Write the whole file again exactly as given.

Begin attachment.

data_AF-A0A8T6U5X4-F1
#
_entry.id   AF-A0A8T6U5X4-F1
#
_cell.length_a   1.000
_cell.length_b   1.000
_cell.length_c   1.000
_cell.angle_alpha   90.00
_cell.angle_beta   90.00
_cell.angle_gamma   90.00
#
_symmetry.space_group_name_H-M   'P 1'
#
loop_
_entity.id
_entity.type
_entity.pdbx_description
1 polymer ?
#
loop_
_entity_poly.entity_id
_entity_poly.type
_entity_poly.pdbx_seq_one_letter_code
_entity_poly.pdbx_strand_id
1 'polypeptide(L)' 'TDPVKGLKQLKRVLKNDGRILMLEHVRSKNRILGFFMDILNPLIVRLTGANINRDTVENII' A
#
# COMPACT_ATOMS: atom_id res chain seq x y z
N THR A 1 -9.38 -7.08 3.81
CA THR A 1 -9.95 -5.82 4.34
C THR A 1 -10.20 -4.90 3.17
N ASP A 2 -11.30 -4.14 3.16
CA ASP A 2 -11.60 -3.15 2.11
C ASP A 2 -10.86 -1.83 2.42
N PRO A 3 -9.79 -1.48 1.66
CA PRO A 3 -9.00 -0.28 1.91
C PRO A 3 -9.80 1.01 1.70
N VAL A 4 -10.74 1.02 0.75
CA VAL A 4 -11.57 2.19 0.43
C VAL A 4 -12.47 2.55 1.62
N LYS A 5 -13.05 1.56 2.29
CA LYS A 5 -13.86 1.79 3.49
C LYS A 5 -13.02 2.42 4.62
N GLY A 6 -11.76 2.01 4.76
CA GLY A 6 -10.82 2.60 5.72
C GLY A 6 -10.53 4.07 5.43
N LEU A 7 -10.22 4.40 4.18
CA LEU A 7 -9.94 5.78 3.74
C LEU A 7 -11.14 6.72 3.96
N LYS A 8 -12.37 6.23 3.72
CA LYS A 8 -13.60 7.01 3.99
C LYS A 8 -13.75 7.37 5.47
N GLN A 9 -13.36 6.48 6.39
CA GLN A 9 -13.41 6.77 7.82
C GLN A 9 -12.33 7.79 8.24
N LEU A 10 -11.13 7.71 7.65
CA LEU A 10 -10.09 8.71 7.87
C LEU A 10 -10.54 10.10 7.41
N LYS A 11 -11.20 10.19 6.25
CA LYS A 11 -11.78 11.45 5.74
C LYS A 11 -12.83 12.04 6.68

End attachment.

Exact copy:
data_AF-A0A8T6U5X4-F1
#
_entry.id   AF-A0A8T6U5X4-F1
#
_cell.length_a   1.000
_cell.length_b   1.000
_cell.length_c   1.000
_cell.angle_alpha   90.00
_cell.angle_beta   90.00
_cell.angle_gamma   90.00
#
_symmetry.space_group_name_H-M   'P 1'
#
loop_
_entity.id
_entity.type
_entity.pdbx_description
1 polymer ?
#
loop_
_entity_poly.entity_id
_entity_poly.type
_entity_poly.pdbx_seq_one_letter_code
_entity_poly.pdbx_strand_id
1 'polypeptide(L)' 'TDPVKGLKQLKRVLKNDGRILMLEHVRSKNRILGFFMDILNPLIVRLTGANINRDTVENII' A
#
# COMPACT_ATOMS: atom_id res chain seq x y z
N THR A 1 -9.38 -7.08 3.81
CA THR A 1 -9.95 -5.82 4.34
C THR A 1 -10.20 -4.90 3.17
N ASP A 2 -11.30 -4.14 3.16
CA ASP A 2 -11.60 -3.15 2.11
C ASP A 2 -10.86 -1.83 2.42
N PRO A 3 -9.79 -1.48 1.66
CA PRO A 3 -9.00 -0.28 1.91
C PRO A 3 -9.80 1.01 1.70
N VAL A 4 -10.74 1.02 0.75
CA VAL A 4 -11.57 2.19 0.43
C VAL A 4 -12.47 2.55 1.62
N LYS A 5 -13.05 1.56 2.29
CA LYS A 5 -13.86 1.79 3.49
C LYS A 5 -13.02 2.42 4.62
N GLY A 6 -11.76 2.01 4.76
CA GLY A 6 -10.82 2.60 5.72
C GLY A 6 -10.53 4.07 5.43
N LEU A 7 -10.22 4.40 4.18
CA LEU A 7 -9.94 5.78 3.74
C LEU A 7 -11.14 6.72 3.96
N LYS A 8 -12.37 6.23 3.72
CA LYS A 8 -13.60 7.01 3.99
C LYS A 8 -13.75 7.37 5.47
N GLN A 9 -13.36 6.48 6.39
CA GLN A 9 -13.41 6.77 7.82
C GLN A 9 -12.33 7.79 8.24
N LEU A 10 -11.13 7.71 7.65
CA LEU A 10 -10.09 8.71 7.87
C LEU A 10 -10.54 10.10 7.41
N LYS A 11 -11.20 10.19 6.25
CA LYS A 11 -11.78 11.45 5.74
C LYS A 11 -12.83 12.04 6.68